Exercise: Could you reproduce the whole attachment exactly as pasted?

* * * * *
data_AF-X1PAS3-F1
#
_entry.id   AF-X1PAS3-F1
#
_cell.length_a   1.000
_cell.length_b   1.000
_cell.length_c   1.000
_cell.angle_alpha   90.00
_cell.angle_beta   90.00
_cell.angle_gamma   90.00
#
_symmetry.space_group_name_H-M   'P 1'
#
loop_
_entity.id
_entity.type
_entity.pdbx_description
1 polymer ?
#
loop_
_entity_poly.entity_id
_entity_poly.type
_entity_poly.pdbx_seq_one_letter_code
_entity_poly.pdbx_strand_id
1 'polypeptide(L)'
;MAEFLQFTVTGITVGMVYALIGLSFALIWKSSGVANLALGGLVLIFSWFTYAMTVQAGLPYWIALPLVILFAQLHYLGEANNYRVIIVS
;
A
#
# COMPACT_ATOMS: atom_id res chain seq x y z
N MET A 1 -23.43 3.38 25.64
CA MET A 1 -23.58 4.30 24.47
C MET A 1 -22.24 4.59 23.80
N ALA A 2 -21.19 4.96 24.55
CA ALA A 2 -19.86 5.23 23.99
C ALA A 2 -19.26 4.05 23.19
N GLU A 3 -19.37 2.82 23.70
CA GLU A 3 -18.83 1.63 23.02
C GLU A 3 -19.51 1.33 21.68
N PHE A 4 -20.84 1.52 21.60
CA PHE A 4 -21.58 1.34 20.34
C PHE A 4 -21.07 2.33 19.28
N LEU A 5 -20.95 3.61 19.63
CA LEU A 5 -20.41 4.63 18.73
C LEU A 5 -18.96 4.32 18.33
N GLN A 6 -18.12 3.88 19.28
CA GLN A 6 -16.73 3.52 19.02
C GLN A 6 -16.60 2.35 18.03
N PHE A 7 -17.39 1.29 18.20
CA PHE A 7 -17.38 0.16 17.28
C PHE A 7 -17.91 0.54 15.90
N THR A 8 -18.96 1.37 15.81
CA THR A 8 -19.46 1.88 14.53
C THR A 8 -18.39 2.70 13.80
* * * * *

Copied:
data_AF-X1PAS3-F1
#
_entry.id   AF-X1PAS3-F1
#
_cell.length_a   1.000
_cell.length_b   1.000
_cell.length_c   1.000
_cell.angle_alpha   90.00
_cell.angle_beta   90.00
_cell.angle_gamma   90.00
#
_symmetry.space_group_name_H-M   'P 1'
#
loop_
_entity.id
_entity.type
_entity.pdbx_description
1 polymer ?
#
loop_
_entity_poly.entity_id
_entity_poly.type
_entity_poly.pdbx_seq_one_letter_code
_entity_poly.pdbx_strand_id
1 'polypeptide(L)'
;MAEFLQFTVTGITVGMVYALIGLSFALIWKSSGVANLALGGLVLIFSWFTYAMTVQAGLPYWIALPLVILFAQLHYLGEANNYRVIIVS
;
A
#
# COMPACT_ATOMS: atom_id res chain seq x y z
N MET A 1 -23.43 3.38 25.64
CA MET A 1 -23.58 4.30 24.47
C MET A 1 -22.24 4.59 23.80
N ALA A 2 -21.19 4.96 24.55
CA ALA A 2 -19.86 5.23 23.99
C ALA A 2 -19.26 4.05 23.19
N GLU A 3 -19.37 2.82 23.70
CA GLU A 3 -18.83 1.63 23.02
C GLU A 3 -19.51 1.33 21.68
N PHE A 4 -20.84 1.52 21.60
CA PHE A 4 -21.58 1.34 20.34
C PHE A 4 -21.07 2.33 19.28
N LEU A 5 -20.95 3.61 19.63
CA LEU A 5 -20.41 4.63 18.73
C LEU A 5 -18.96 4.32 18.33
N GLN A 6 -18.12 3.88 19.28
CA GLN A 6 -16.73 3.52 19.02
C GLN A 6 -16.60 2.35 18.03
N PHE A 7 -17.39 1.29 18.20
CA PHE A 7 -17.38 0.16 17.28
C PHE A 7 -17.91 0.54 15.90
N THR A 8 -18.96 1.37 15.81
CA THR A 8 -19.46 1.88 14.53
C THR A 8 -18.39 2.70 13.80